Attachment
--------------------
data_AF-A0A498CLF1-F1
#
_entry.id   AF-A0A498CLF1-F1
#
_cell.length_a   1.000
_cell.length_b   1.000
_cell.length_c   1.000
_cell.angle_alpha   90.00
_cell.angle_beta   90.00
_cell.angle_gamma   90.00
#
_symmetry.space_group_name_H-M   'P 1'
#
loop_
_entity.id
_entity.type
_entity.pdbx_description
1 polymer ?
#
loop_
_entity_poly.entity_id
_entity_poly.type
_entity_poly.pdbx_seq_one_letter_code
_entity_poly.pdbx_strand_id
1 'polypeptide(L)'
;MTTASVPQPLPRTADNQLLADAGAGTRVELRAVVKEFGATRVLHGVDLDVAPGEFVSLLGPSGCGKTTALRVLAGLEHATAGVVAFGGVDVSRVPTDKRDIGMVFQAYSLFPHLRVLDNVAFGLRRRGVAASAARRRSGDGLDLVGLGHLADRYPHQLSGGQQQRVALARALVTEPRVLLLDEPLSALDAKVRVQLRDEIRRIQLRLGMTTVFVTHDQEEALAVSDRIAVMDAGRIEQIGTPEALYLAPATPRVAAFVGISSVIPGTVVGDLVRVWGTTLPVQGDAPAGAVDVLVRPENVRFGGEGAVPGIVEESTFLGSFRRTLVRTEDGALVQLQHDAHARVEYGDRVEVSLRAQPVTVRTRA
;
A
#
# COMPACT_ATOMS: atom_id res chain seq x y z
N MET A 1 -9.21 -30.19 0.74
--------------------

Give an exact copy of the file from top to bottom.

data_AF-A0A498CLF1-F1
#
_entry.id   AF-A0A498CLF1-F1
#
_cell.length_a   1.000
_cell.length_b   1.000
_cell.length_c   1.000
_cell.angle_alpha   90.00
_cell.angle_beta   90.00
_cell.angle_gamma   90.00
#
_symmetry.space_group_name_H-M   'P 1'
#
loop_
_entity.id
_entity.type
_entity.pdbx_description
1 polymer ?
#
loop_
_entity_poly.entity_id
_entity_poly.type
_entity_poly.pdbx_seq_one_letter_code
_entity_poly.pdbx_strand_id
1 'polypeptide(L)'
;MTTASVPQPLPRTADNQLLADAGAGTRVELRAVVKEFGATRVLHGVDLDVAPGEFVSLLGPSGCGKTTALRVLAGLEHATAGVVAFGGVDVSRVPTDKRDIGMVFQAYSLFPHLRVLDNVAFGLRRRGVAASAARRRSGDGLDLVGLGHLADRYPHQLSGGQQQRVALARALVTEPRVLLLDEPLSALDAKVRVQLRDEIRRIQLRLGMTTVFVTHDQEEALAVSDRIAVMDAGRIEQIGTPEALYLAPATPRVAAFVGISSVIPGTVVGDLVRVWGTTLPVQGDAPAGAVDVLVRPENVRFGGEGAVPGIVEESTFLGSFRRTLVRTEDGALVQLQHDAHARVEYGDRVEVSLRAQPVTVRTRA
;
A
#
# COMPACT_ATOMS: atom_id res chain seq x y z
N MET A 1 -9.21 -30.19 0.74